What she used to do: Clinton has an impressive resume: secretary of state, two-term senator, 2008 presidential candidate -- and, of course, first lady.
What she does now: Clinton has spent her time out of public life raking in the dough. She has commanded speaking fees in the hundreds of thousands of dollars. She also serves on the board of the Clinton Foundation, which has battled against HIV and AIDS in Africa, invested in clean energy in Haiti and fought for equal opportunity for women and girls around the globe.
Declared as a candidate: April 12, 2015.
In her own words: “It’s America’s basic bargain. If you do your part you ought to be able to get ahead. And when everybody does their part, America gets ahead too.”
Family tree: Clinton was born in Chicago on Oct. 26, 1947 to Hugh Rodham, a Republican, and Dorothy Howell, a “closet Democrat.” She met Bill in the Yale law library in 1970: "If you're going to keep looking at me, and I'm going to keep looking back, we might as well be introduced,” she told him. Initially reluctant to settle down in Arkansas, Hillary married Bill in their living room in 1975 – just a week after she said “yes.” In 2014, Bill, Hillary and their married daughter Chelsea welcomed a new Clinton into the fold: baby Charlotte Clinton Mezvinsky.
Early rejection: Hillary was “crushed” when, as a young girl, NASA informed her that the agency didn’t accept women astronauts. Fifteen years later, in 1975, she was again rebuffed over gender when attempting to join the Marines: “You’re too old, you can’t see, and you’re a woman,” the recruiter allegedly told her.
What she was like as first lady: Unlike some previous first ladies, who contented themselves with coordinating social engagements and championing charitable causes from the White House’s East Wing, Mrs. Clinton broke tradition and set up shop in the West Wing, intent on reforming the nation’s healthcare system. In “Hillaryland,” Mrs. Clinton – billed during her husband’s campaign a bonus in the two-for-the-price-of-one Clinton administration – was as headstrong as she was passionate. When Health and Human Services Sec. Donna Shalala warned Clinton her healthcare plan was “headed for disaster,” the first lady snapped that Shalala was “just jealous [she] wasn’t in charge,” an aide recalled. The plan, which included an employer mandate, failed in Congress.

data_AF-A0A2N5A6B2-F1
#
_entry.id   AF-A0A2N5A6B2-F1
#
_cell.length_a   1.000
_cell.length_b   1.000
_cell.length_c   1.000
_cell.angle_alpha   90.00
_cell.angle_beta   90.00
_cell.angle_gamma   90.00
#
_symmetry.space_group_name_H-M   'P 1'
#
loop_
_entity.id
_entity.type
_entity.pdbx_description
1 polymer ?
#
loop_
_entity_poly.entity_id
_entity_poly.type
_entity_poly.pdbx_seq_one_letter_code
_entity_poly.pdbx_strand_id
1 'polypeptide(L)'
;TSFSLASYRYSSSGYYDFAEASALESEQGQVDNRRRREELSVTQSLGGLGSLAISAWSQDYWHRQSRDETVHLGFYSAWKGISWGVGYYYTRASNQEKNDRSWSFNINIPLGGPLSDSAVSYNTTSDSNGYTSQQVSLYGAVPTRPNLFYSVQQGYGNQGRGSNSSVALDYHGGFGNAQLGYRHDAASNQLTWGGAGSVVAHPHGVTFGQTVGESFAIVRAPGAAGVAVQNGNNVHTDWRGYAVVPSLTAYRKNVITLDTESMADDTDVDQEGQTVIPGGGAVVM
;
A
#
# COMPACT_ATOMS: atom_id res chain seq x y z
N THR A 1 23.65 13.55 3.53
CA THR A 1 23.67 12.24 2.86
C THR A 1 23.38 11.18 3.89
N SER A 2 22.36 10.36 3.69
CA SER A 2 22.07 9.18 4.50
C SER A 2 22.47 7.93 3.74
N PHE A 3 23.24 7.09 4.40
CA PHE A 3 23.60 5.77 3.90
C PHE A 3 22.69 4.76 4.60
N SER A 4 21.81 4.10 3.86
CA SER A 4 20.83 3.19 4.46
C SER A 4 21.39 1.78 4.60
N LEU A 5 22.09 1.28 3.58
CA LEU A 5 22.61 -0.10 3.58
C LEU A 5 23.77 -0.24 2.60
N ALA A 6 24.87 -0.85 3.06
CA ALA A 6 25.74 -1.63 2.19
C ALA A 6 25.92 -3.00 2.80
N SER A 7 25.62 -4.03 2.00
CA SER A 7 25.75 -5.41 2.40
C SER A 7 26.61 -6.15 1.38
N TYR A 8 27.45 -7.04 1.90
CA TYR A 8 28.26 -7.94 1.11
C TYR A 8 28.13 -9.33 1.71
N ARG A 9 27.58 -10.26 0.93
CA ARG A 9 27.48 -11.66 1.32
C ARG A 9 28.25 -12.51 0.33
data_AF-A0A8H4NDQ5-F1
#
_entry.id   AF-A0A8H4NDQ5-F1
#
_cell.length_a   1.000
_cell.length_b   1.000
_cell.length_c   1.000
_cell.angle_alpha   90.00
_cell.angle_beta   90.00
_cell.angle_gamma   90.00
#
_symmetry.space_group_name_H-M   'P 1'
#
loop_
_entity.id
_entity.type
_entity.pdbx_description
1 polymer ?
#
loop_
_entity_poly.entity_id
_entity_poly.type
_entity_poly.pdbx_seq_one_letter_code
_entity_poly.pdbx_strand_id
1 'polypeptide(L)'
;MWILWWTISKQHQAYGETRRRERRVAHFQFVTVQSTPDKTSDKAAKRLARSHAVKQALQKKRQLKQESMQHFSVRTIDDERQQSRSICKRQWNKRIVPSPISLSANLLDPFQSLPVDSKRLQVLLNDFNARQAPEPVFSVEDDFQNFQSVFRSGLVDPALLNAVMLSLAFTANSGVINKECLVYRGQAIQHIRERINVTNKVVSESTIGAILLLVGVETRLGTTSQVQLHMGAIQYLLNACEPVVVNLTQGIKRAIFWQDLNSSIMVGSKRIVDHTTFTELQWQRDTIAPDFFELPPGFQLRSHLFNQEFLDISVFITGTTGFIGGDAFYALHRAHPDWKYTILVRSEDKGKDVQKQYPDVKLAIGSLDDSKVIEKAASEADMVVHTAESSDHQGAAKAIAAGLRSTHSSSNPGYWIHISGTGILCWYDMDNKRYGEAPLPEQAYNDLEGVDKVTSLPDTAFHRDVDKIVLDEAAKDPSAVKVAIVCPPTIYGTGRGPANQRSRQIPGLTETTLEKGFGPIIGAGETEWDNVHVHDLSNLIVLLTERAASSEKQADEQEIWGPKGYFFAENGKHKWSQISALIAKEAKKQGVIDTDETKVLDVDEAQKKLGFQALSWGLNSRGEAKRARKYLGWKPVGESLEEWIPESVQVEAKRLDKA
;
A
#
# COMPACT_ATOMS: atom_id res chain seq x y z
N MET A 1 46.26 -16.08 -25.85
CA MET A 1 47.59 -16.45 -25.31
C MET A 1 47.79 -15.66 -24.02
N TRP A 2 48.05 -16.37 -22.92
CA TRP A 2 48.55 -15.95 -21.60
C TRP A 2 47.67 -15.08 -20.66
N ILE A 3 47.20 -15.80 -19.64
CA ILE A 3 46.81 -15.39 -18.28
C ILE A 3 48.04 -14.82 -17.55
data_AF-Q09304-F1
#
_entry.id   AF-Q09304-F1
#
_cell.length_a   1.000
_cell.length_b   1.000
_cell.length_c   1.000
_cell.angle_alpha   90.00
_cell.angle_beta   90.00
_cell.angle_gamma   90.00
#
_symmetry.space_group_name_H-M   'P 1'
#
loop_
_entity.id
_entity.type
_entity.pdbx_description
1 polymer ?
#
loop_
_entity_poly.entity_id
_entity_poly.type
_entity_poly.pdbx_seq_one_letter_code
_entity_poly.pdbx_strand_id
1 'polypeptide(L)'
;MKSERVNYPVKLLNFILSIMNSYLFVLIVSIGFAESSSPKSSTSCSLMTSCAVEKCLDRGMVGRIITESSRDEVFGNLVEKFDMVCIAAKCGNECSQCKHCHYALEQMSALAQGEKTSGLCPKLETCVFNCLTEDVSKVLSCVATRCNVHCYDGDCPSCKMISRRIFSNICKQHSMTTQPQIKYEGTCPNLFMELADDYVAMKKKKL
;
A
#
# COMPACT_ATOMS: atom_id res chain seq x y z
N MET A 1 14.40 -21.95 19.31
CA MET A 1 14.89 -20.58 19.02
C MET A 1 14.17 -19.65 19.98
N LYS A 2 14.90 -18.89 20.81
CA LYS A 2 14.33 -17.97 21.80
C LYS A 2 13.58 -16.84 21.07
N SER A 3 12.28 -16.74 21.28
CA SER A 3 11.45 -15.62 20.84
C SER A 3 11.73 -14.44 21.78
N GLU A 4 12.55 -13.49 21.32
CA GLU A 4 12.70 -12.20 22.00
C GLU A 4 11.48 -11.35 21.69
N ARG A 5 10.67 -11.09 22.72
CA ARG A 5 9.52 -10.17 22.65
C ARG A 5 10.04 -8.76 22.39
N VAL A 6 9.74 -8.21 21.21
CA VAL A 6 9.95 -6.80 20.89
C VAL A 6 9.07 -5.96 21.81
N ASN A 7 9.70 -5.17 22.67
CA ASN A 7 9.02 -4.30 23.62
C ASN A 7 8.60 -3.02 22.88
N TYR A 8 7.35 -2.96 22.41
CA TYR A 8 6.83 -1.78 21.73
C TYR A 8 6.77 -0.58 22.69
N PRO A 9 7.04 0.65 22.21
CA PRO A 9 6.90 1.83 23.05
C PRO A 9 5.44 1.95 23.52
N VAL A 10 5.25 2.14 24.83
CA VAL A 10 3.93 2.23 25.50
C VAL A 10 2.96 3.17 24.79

Also likely attack ad fodder: Clinton’s use of a personal email address while Secretary of State. Despite an administration-wide policy forbidding employees from conducting official business on personal email accounts, Hillary relied only on a personal address, email@example.com, and a personal server during her four-year tenure at the State Department.
Might have wished for a do-over: Defending her speaking fees, Clinton told ABC’s Diane Sawyer in June 2014 that she and her husband were “dead broke” when they left the White House, $12 million in debt and struggling to pay their mortgages. After some not-so-gentle ribbing, she acknowledged a few days later that her characterization of the Clinton family finances was not particularly “artful.” “Obviously, we are very fortunate,” she said. “We’re very grateful.”
Her strategy for surviving bruising attacks: “Grow skin like a rhinoceros,” she advised a group of students at New York University in 2014.
Must-have travel companion: As Secretary of State, Clinton always packed a mini bottle of Tabasco sauce, red pepper flakes as well as Sharpies, Advil and sunscreen, her staff told reporters.
Guilty pleasures: In an unusually saucy moment in the spring of 2014, Clinton took a moment to mull over her guilty pleasures. “I’m just trying to think of some G-rated ones,” she smirked. Ultimately, she revealed she was obsessed with “chocolate, of any sort.” She’s also said she loves HGTV’s home-improvement show, “Love It Or List It,” self-help books, and the song “Chelsea Morning,” the inspiration for her daughter’s name. She’s even taken up yoga and calls swimming “one of my favorite things.”
Unlikely claim to fame: By now, Hillary has achieved celebrity status – and she has the awards show recognition to prove it. In 1997, Clinton won a Grammy for best spoken word for her audiobook, “It Takes a Village.” (Bill won one too, for “My Life.”)
ABC's Ali Dukakis contributed to this report.